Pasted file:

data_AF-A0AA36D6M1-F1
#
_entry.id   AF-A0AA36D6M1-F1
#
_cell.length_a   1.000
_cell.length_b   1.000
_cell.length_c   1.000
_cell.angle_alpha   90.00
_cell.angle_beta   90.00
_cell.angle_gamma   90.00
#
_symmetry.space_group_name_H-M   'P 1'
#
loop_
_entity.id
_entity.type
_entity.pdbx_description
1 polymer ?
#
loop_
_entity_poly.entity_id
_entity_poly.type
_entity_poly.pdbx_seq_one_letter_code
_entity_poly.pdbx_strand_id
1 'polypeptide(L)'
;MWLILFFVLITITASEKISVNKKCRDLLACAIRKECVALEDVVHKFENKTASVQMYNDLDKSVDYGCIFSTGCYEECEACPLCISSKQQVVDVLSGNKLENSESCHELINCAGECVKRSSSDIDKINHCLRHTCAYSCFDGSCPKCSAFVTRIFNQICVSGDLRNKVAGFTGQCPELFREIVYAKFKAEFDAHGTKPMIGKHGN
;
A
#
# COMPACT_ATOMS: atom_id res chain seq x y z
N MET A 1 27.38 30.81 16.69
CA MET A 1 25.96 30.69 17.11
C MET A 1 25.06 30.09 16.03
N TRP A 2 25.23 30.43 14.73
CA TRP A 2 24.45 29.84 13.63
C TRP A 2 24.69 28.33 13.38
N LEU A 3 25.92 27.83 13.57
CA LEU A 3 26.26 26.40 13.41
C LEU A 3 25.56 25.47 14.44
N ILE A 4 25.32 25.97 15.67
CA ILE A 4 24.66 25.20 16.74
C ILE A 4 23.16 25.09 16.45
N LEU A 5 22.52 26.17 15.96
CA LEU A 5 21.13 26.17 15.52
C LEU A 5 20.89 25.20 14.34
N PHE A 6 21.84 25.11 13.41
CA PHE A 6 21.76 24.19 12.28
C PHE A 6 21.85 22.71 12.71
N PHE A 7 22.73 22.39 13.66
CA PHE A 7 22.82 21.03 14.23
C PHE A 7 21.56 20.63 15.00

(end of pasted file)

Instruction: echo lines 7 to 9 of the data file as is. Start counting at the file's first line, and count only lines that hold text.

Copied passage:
_cell.length_c   1.000
_cell.angle_alpha   90.00
_cell.angle_beta   90.00